A website needs to compel visitors to do something -- make contact, buy products, engage. Knowing what you want yours to do is the end game. The challenge is to figure out the steps that will lead them to that happy conclusion.
Put yourself in their shoes. If you were buying a product or service like yours, what would you want to know first, second, third, etc. before making a decision? Make sure the order of your menu is in line with those steps. Use benefit written content, links and calls to action to drive visitors down that road. Respond to anticipated questions and respond to objections. To increase engagement and sharing, write useful information, or posts that warrant an emotional response: controversial, funny, strange, etc. Think about what they would want to share with their networks.
2. Make Every Page a Winner
Look at your website's traffic data to see how it's being used. Which pages get the most and least views? How long do visitors stay? How many visit your home page, then bounce (leaving after a 1 page visit)? If they aren't staying long, rethink the content, links and layout of those pages. If there are important pages they never get to, fix the menu, links and calls to action on the pages leading up to them. Consider scrapping less critical pages that get little or no traffic, so you can devote more time to the pages that count.
When was the last time you took a good look at your website, from home page to contact page?
- Fix all the broken links. You can check each page manually, but there are plenty of tools that can help you find them, like Xenu for PC and Integrity for Mac.
- Test your links to other sites to make sure they're still relevant and in working order.
Grab a big cup of coffee and take the time to reread all your content to make sure it's current with any changes you've made, such as:
- New products and services
- Business changes: locations, hours, contact info, personnel, etc.
- Portfolio items: pictures, writing samples, projects, case studies, before and afters, etc.
- Press room: your articles, press clips, images, personnel bio's, etc.
- Events: courses, speaking engagements, open houses, holidays, etc.
- Third party services used via your site: email, social networks, appointment setting, ecommerce, etc.
- Legal: terms and conditions, shipping and privacy policies, etc.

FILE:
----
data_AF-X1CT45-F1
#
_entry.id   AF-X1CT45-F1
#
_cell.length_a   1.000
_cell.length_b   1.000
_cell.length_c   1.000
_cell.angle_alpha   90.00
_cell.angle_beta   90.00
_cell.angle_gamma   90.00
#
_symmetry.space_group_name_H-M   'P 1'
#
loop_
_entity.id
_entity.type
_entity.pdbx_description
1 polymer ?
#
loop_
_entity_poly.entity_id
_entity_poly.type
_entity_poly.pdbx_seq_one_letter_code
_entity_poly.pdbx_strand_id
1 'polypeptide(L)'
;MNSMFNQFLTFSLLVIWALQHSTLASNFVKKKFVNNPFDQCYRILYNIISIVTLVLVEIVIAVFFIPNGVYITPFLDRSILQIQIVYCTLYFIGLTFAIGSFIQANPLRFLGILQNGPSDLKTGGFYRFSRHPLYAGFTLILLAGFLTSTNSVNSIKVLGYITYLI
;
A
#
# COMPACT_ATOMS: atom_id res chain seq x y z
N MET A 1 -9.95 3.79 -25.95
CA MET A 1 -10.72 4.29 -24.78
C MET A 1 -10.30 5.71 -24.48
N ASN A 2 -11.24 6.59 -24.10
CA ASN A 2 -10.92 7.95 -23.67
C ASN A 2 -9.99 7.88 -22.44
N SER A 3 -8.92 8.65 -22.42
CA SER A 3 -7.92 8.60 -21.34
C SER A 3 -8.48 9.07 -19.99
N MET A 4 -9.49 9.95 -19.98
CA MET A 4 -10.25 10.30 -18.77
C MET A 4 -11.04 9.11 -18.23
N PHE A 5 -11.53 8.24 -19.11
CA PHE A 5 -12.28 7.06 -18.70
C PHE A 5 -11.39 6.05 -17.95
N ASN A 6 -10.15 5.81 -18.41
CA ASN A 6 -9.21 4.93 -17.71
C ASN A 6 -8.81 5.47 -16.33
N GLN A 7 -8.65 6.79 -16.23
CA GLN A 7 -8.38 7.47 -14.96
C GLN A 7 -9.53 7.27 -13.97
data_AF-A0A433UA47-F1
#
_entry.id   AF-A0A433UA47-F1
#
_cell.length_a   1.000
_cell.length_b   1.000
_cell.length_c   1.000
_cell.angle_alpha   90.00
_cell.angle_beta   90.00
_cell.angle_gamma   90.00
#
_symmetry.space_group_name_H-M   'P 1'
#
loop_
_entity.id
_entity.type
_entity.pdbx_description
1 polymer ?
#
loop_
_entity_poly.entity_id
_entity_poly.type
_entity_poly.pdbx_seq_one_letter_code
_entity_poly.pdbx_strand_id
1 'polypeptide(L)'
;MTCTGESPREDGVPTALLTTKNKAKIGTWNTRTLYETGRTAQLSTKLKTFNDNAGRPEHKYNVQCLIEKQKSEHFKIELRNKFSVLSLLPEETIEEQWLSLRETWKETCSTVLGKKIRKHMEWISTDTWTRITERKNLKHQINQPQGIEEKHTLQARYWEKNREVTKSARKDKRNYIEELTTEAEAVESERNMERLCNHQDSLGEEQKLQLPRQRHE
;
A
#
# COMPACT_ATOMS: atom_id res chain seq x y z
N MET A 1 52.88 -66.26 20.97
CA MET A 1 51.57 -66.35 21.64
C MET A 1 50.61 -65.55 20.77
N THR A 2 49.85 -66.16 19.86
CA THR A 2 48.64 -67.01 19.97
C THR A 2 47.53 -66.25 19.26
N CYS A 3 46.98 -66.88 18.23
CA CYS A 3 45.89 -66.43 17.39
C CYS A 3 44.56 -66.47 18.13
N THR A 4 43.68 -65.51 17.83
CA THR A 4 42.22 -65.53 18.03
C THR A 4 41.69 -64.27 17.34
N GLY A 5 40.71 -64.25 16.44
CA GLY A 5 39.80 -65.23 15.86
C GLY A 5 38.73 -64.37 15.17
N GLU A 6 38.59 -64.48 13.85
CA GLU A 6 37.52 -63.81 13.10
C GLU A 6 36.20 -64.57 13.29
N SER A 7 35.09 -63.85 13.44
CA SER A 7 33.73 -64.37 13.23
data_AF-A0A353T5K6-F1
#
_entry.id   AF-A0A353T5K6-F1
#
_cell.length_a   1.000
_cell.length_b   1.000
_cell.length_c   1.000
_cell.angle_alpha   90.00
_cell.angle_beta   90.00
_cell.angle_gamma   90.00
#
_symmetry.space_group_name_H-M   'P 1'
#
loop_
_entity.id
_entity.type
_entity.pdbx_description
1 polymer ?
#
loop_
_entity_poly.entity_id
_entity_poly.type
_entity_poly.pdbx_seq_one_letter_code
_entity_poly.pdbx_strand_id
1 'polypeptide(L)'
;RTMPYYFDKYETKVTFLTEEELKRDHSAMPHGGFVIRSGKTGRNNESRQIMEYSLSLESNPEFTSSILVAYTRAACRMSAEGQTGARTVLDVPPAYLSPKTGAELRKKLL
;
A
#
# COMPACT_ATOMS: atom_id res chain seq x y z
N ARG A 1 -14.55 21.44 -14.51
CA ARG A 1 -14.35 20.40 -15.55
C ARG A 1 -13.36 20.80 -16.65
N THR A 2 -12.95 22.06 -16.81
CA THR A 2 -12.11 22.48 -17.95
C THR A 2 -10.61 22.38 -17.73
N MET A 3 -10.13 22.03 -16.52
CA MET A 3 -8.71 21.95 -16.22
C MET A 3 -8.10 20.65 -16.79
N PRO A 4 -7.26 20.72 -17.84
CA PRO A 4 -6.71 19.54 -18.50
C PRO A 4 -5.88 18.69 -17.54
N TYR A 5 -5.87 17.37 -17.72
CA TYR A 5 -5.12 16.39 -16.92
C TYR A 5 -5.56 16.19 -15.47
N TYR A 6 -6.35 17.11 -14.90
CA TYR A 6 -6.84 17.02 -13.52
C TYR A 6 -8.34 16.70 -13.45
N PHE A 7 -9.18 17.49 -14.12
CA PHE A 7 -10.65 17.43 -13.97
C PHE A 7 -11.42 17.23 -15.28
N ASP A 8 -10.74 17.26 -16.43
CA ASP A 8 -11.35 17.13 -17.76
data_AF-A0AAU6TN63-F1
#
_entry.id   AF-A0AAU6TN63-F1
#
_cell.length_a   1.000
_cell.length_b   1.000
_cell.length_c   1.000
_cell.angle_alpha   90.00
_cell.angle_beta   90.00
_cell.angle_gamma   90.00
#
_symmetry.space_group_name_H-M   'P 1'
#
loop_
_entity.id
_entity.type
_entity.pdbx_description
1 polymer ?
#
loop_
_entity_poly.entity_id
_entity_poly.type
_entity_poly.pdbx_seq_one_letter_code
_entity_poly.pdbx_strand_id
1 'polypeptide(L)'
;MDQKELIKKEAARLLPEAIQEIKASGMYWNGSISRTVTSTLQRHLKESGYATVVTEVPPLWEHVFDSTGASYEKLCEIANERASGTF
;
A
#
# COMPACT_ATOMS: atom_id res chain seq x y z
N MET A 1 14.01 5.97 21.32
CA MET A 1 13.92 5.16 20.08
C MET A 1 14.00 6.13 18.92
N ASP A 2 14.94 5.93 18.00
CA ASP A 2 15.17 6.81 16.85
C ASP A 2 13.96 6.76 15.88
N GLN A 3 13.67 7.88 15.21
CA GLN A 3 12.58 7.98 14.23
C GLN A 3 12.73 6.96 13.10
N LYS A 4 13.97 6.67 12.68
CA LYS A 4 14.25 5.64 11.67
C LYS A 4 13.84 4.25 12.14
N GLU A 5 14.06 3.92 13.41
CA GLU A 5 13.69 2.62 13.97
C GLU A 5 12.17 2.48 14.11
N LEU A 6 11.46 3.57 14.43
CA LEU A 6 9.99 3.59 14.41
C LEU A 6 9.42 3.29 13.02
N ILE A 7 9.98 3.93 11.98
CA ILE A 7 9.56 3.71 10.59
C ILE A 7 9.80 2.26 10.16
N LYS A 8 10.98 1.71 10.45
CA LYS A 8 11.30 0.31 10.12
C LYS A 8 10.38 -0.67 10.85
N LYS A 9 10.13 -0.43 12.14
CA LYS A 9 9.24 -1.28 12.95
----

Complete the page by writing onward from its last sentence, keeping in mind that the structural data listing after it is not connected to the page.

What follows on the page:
- Correct missing, out of date and slow-load images, and be sure those images are helping visitors to understand what they're reading.
- At the very least, change the copyright date in the footer to let visitors know the site is up to date.
It's essential that your site work for visitors first, especially with the recent Google Hummingbird update, but it also needs to be readable by the little "bots" sent out by all search engines. Simple changes can help, like naming images with "alt tags" and adding titles to pages. It's the behind the scenes stuff that visitors can't see, but search engines can. Learn about changes you can make in this presentation we gave on how to increase website traffic.
More people are accessing websites with their mobile devices. See if this is true for your site by checking your stats. Then, access it via a mobile device to see for yourself if it's mobile friendly. Is the experience a good one? Are pages getting cut off? Is it easy to navigate? If not, it's time to convert to one that's "responsive" -- one that looks good and functions well, whether the visitor is on their laptops, smartphone or tablet. Try using one of the many website builders that have mobile options, such as Weebly or Wordpress.
Take the time to make these changes, and your site and your business will be soon be humming. Tell us about the changes you're making to your website. What are some of your favorite tools?
Find Customers and Determine Seasonal Demand